Have a question about Psychology or want more information? Let us know.
Psychology is the scientific study of behavior and the mind.
Students who study psychology at Ohio State take courses in the brain and behavior, cognitive psychology, developmental psychology, abnormal psychology and social psychology. Psychology students have access to faculty who are prominent researchers and have opportunities to work alongside them in research labs, studying topics such as emotion regulation, childhood mood disorders, stress and health in pregnancy, language perception, psychopharmacology, attitude formation, neurobiology of learning and memory, stress and cognition, brain plasticity after trauma, animal models of psychiatric disorders (Alzheimer's, depression, schizophrenia), and the biology of human social interactions.
Students work with advisors committed to their academic and career success. A wealth of programming and opportunities including research, internships, career exploration talks, study abroad and social events, allow students to reach beyond the classroom to individualize their learning. Psychology Student Ambassadors encourage community within the department through mentoring, events and social media.
015 Psychology Building
Last names C-F and international students
Last names G-L
Last names M-Sb
Last names A-B
Last names Sc-Z and student athletes
Psychology is the study of the biological, cognitive, emotional, and social processes related to human and animal behavior. Using scientific methods to study, explain, and predict behavior, psychologists explore such questions as how the brain learns and stores information, what triggers our biological rhythms, aggression, and personality characteristics, how human relationships develop, what leads to judgment and decision-making, how society deals with mental illness and behavioral disorders, and the psychological impact of activities such as work and sports.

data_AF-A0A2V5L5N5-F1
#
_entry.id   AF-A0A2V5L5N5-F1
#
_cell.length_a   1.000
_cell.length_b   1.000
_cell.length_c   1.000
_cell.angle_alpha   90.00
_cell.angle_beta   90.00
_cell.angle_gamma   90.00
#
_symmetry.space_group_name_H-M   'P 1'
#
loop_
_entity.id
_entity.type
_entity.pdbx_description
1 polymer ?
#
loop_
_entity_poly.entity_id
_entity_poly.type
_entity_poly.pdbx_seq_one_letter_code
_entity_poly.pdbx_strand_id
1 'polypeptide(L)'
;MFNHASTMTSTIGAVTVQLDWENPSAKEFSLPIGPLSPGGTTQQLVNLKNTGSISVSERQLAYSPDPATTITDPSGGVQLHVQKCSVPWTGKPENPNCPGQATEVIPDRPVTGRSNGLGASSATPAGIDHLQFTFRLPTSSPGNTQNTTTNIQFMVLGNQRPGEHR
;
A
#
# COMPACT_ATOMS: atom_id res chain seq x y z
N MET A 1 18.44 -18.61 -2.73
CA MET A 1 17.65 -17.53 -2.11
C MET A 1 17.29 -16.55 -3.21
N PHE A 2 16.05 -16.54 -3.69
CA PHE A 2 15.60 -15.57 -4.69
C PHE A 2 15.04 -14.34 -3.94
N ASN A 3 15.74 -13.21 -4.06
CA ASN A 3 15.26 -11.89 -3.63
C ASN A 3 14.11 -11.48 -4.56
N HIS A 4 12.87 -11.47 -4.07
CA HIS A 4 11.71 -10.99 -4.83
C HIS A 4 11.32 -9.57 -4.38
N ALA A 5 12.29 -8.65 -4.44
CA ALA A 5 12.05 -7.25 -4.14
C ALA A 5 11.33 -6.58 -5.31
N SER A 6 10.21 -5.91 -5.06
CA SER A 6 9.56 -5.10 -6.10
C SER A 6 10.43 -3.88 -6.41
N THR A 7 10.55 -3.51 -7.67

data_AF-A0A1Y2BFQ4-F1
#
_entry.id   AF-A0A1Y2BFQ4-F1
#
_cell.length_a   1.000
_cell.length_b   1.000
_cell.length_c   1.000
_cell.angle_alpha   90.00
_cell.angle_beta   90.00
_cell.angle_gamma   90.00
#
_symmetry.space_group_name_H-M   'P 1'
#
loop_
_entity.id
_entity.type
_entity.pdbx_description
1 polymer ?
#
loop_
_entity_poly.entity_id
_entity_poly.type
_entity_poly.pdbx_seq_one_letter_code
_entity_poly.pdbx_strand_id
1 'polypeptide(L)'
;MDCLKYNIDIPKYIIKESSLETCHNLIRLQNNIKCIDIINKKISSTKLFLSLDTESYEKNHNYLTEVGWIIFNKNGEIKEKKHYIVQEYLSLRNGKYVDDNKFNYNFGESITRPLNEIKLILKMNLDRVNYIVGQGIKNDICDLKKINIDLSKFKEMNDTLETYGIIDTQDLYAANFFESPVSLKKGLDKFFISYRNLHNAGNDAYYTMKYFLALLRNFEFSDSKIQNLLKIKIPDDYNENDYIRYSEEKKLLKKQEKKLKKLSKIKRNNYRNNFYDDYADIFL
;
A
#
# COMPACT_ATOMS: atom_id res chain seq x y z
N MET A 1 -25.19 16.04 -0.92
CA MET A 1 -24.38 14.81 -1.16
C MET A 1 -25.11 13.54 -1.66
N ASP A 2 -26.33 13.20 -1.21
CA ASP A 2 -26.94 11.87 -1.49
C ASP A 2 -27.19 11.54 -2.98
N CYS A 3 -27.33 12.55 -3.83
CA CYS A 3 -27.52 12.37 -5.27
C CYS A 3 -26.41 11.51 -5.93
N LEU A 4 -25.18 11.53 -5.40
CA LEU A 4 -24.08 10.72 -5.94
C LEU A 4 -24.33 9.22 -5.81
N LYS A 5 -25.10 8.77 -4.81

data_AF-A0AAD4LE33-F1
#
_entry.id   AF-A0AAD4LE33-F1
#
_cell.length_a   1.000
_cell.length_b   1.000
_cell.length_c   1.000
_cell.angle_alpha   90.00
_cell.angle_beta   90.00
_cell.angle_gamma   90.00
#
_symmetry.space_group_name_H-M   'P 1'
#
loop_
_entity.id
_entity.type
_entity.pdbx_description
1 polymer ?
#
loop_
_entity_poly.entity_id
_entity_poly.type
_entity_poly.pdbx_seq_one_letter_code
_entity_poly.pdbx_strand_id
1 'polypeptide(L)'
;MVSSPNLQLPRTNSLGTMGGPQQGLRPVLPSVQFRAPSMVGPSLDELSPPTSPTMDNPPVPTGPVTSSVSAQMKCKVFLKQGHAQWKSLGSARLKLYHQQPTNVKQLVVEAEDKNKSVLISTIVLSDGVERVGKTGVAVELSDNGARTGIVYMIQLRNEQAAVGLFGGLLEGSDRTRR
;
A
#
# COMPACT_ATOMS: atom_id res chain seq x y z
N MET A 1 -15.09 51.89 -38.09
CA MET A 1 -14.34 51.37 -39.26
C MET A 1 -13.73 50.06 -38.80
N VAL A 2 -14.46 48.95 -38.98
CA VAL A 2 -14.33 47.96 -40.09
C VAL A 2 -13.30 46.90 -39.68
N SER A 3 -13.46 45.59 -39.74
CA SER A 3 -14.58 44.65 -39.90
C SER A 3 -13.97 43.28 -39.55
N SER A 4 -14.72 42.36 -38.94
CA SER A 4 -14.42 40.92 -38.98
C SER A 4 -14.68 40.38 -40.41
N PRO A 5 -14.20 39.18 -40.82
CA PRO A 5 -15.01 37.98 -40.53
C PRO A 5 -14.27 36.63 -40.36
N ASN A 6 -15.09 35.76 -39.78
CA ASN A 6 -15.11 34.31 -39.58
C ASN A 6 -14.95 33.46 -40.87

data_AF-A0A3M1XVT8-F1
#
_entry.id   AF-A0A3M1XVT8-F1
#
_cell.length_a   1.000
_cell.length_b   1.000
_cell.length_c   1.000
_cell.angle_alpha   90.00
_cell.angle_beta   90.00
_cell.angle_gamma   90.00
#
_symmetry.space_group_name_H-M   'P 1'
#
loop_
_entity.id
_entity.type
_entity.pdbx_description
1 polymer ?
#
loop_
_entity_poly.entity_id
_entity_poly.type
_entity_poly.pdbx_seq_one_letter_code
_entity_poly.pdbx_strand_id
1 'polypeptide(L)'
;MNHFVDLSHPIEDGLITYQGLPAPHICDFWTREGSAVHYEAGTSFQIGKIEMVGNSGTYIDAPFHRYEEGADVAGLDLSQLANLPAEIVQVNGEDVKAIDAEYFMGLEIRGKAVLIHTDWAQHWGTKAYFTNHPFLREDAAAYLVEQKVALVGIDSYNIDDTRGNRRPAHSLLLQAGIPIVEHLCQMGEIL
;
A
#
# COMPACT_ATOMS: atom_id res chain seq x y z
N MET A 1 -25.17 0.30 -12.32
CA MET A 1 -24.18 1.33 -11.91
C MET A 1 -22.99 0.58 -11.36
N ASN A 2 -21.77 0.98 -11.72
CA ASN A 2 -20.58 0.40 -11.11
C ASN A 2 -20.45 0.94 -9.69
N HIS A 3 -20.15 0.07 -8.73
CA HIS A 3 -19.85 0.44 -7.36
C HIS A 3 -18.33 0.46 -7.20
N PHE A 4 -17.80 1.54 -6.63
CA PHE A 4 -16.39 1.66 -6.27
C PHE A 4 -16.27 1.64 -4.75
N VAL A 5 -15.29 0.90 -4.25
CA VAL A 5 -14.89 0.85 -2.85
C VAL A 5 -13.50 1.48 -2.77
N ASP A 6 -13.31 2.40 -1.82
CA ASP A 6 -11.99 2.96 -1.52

A strong liberal arts education with a major in psychology will prepare students for entry into many career fields and graduate/professional programs. The following are some of the fields that graduates with bachelor’s degrees in psychology have entered: administration and management, business and industry, casework, child care, employment interviewing, gerontology, health services, marketing and public relations, personnel, probation and parole, psychiatric assistant, research or laboratory assistant, sales, teaching, and technical writing.
As a psychology student, you have the opportunity to work in a research lab under the supervision of a psychology faculty member. Research experience strengthens an undergraduate degree and is strongly recommended for students interested in pursuing graduate studies in psychology, as well as for students desiring to develop research skills as part of their career preparation. Participation in research opportunities can help you test your interest in research and interact more closely with faculty members who share your interests. Students can earn academic credit for assisting with research by enrolling in Psychology 4998.
Examination of current theories and empirical findings regarding the major forms of psychopathology and treatment.
Overview of the major psychological theories and research in the area of attitudes and persuasion - how people's opinions, beliefs, and evaluations are formed and modified.
Introduction to the field of positive psychology. Topics include positive affect, subjective well-being, optimism, psychological strengths, emotional intelligence, compassion, humor, and spirituality.
Exploration of the interactions among hormones, brain, and behavior through an integrative approach.
Issues within the field of counseling psychology including assessment, counseling skills, multicultural issues, career, professional and ethical issues.